McMurray took home first place in the non-points-paying 2013 Sprint Showdown at Charlotte Motor Speedway. Leading all 40 laps, the Cup win was his first since the 2010 Bank of America 500, which also came at Charlotte. He would go on to finish eighth in the NASCAR Sprint All-Star Race. McMurray would hit a low stretch, with a 19th place finish in the Coca Cola 600 and a 33rd place finish at Dover. He then had a 13th place finish at Pocono. At Michigan, McMurray led 21 laps but finished 33rd after a late accident. The following week at Sonoma, McMurray narrowly beat Marcos Ambrose to win his first pole of the season.

McMurray then had two strong runs - a runner-up finish to Matt Kenseth at Kentucky, followed by the Coke Zero 400, where he led 10 laps and finished seventh. He then got right outside the top ten with an 11th at New Hampshire.

In October, McMurray held off Dale Earnhardt, Jr. and Ricky Stenhouse, Jr. to win at Talladega, snapping a 108 race winless streak. This was his seventh career victory and fourth on a restrictor plate track (with wins at Daytona in 2007 and 2010 and Talladega in November 2009).

Other racing[edit]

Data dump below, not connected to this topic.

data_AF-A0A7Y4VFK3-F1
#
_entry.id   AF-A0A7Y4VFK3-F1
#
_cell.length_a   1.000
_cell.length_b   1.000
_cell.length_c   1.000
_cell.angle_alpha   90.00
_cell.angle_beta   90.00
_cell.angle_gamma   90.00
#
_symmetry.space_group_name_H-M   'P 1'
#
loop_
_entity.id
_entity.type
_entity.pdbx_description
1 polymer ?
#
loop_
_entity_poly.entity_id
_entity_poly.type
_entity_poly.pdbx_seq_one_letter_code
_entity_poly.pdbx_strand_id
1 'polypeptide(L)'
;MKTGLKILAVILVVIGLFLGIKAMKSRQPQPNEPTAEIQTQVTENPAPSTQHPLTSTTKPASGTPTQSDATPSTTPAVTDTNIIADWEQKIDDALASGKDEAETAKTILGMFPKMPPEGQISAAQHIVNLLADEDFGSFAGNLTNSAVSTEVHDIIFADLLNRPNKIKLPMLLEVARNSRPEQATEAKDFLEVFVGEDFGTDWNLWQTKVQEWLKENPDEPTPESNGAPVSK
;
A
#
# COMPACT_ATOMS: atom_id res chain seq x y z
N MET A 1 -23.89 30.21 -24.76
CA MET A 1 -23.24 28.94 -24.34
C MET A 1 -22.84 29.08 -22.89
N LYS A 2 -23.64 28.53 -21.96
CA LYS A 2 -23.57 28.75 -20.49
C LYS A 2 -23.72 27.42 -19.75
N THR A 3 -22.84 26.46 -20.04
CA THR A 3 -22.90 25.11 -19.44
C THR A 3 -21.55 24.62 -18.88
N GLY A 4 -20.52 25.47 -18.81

On January 4, 2014, Chip Ganassi Racing announced that McMurray will run the 24 Hours of Daytona for the team in the No. 1 car alongside Scott Pruett, Memo Rojas and Sage Karam.[20] At the team's announcement, McMurray stated, "It's the most fun race I get to run all year long. There's no points for us and it's all about being able to win. What makes it such a good time, you'll see guys all year long and they'll be here, so you can eat lunch with them, hang out and things like that. It’s fun to be a part of it."[21]

Personal life[edit]

McMurray was born in Joplin, Missouri.[3] He grew up racing go-karts and competed in nearly every form of karting around the country before moving to late-model stock cars. In 2007, McMurray returned to the karting ranks and still competes in World Karting Association races on many of his open weekends.[22] He races annually at the World Karting Association's Daytona KartWeek in late December.